October, the month of Halloween, is beginning with a scary new report on student loan defaults.

The latest numbers on federal student loans show that one in ten borrowers are defaulting within two years and nearly 15 percent are defaulting within three years. Michael Stratford of Inside Higher Ed offers these details:

The rate at which borrowers of federal student loans default on their debt within two years after beginning repayment rose for the sixth consecutive year, reaching its highest level since 1995, according to data released Monday by the Education Department.

One in ten borrowers across the country, 475,000 people, who entered repayment during the fiscal year ending in September 2011 had defaulted by the following September, the data showed. That’s up from 9.1 percent of a similar cohort of borrowers last year.

Even more borrowers are struggling in delinquency when the period of measurement is extended to three years. The percentage of borrowers defaulting within three years after beginning repayment has also risen from 13.4 percent to 14.7 percent for the most recent cohort of borrowers available (those who entered repayment from October 1, 2009 to September 30, 2010 and had defaulted by September 2012). The 14.7 percent default rate represents 600,000 borrowers.

The default rate is used by the Education Department to potentially cut funding to institutions that have high large proportions of borrowers defaulting on their loans. Colleges are currently barred from receiving federal student aid money if their default rates are 25 percent or higher for three consecutive years or if they exceed 40 percent in a single year.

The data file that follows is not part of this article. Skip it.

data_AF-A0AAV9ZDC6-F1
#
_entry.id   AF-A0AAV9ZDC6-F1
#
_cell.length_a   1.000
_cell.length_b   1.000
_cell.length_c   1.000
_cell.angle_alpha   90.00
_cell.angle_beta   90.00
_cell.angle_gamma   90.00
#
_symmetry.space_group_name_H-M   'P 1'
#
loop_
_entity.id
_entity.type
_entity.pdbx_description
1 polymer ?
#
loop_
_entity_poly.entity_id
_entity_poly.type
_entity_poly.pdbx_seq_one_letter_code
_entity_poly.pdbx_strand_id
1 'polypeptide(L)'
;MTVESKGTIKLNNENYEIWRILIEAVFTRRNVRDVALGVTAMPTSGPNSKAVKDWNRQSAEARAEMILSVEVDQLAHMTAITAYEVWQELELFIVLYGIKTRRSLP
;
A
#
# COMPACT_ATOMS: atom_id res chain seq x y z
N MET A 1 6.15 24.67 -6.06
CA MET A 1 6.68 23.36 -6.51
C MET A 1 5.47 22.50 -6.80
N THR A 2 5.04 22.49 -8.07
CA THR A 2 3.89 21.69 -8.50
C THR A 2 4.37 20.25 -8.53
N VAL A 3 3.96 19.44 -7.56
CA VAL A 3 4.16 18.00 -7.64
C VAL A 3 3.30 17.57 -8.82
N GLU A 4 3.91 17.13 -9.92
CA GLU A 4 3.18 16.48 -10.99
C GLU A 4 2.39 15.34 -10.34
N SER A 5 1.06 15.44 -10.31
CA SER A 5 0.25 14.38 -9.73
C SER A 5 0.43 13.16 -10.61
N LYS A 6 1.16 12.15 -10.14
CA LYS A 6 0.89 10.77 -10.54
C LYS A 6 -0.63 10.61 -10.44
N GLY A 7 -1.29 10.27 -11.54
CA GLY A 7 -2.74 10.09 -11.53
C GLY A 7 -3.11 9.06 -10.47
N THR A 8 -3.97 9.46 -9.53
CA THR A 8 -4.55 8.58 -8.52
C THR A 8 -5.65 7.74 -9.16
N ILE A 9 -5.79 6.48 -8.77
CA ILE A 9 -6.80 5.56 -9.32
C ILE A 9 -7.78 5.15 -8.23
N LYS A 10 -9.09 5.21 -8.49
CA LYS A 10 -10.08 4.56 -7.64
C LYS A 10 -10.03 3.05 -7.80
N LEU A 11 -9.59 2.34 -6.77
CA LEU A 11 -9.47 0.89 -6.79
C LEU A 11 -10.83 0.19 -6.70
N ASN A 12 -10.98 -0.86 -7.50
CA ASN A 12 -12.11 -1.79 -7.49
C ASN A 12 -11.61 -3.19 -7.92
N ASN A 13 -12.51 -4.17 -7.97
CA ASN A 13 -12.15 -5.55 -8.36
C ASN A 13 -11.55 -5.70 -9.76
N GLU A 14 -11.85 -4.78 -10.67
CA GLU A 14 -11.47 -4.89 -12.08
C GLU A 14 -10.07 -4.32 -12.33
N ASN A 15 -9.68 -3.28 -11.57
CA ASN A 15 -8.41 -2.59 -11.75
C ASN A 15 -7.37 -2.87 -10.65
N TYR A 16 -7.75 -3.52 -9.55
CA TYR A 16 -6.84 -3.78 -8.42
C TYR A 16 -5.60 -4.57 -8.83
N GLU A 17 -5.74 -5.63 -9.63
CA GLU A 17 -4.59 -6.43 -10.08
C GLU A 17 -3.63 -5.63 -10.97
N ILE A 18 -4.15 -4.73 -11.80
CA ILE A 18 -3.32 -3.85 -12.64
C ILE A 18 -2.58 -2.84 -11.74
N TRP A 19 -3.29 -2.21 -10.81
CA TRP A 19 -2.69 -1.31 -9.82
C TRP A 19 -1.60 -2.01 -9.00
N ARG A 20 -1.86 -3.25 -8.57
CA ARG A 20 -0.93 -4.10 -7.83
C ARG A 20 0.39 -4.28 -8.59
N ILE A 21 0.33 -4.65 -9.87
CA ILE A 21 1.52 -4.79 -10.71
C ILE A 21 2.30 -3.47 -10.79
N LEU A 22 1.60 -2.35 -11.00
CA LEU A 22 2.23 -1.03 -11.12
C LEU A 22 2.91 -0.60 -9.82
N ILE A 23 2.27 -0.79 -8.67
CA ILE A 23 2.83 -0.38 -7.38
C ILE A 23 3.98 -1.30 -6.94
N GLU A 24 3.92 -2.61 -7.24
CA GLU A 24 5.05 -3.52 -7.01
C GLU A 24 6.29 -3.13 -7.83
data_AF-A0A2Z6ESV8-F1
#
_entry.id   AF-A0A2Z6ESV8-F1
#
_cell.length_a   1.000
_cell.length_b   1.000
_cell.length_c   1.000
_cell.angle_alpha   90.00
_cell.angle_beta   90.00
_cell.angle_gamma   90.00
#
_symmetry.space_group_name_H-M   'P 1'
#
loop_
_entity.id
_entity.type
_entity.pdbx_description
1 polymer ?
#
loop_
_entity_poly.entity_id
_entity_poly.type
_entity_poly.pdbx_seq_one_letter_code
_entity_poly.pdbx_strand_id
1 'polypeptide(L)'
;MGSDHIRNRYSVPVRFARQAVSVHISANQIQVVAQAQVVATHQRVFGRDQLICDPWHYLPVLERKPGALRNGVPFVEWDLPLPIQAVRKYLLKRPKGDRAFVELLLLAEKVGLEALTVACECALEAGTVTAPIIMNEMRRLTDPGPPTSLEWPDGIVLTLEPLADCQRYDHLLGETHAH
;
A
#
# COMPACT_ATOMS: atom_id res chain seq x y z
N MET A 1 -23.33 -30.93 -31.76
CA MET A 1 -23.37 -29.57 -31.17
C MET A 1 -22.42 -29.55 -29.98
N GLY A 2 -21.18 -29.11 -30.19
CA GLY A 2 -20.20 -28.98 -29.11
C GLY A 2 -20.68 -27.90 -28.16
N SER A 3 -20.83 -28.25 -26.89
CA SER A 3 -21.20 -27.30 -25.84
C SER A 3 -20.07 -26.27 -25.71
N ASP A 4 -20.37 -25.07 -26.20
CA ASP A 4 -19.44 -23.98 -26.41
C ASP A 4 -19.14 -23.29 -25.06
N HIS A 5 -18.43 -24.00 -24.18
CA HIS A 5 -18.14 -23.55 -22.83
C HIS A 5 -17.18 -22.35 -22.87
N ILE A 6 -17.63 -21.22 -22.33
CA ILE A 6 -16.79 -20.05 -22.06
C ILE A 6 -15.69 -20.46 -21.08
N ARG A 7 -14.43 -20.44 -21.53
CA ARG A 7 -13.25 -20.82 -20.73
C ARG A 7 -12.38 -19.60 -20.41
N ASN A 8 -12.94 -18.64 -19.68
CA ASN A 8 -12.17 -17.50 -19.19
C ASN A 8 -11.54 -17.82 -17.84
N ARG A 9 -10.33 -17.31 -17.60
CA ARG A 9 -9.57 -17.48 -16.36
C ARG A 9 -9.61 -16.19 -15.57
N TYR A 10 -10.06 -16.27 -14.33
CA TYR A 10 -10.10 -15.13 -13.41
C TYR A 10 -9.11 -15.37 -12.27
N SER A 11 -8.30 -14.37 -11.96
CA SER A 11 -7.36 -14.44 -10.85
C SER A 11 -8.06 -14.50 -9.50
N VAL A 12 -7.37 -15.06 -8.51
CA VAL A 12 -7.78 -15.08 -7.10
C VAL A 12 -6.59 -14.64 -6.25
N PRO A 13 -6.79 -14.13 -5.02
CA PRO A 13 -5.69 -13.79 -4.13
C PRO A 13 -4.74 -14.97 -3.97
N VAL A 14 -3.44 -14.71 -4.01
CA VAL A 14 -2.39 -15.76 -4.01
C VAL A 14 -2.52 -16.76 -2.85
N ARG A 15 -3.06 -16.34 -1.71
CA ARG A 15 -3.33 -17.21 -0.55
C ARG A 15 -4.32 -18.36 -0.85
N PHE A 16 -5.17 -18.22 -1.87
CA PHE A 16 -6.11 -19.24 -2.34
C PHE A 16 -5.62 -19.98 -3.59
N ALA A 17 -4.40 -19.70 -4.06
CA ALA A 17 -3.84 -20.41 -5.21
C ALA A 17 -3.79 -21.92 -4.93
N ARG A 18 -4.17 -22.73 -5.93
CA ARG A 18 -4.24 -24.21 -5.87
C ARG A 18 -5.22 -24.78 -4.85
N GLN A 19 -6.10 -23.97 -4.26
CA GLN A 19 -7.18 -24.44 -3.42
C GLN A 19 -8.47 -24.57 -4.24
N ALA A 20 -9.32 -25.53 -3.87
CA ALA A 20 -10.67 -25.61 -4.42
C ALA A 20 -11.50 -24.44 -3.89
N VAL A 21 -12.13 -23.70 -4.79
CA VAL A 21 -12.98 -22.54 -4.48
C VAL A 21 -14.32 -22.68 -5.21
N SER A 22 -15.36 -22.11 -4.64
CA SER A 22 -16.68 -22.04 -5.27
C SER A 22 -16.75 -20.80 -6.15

The Education Department is in the process of transitioning to using only the three-year default rates. Next year will be the first year for which institutions will face penalties based on their three-year rates, which student advocates say is a welcome change since the measurement will be more expansive. Still, though, some argue that the cohort default rates don’t reflect the full burden of debt that students borrow.

“Even at schools where lots of students borrow, [default rates] don’t tell you how many students are behind on payments, overloaded with debt or defaulting after more than three years,” Debbie Cochrane, research director at The Institute for College Access & Success, known as TICAS, said in a statement. TICAS has also issued reports about how colleges are manipulating their default rates to be lower than they actually are by combining programs or pushing students into unnecessary forbearances.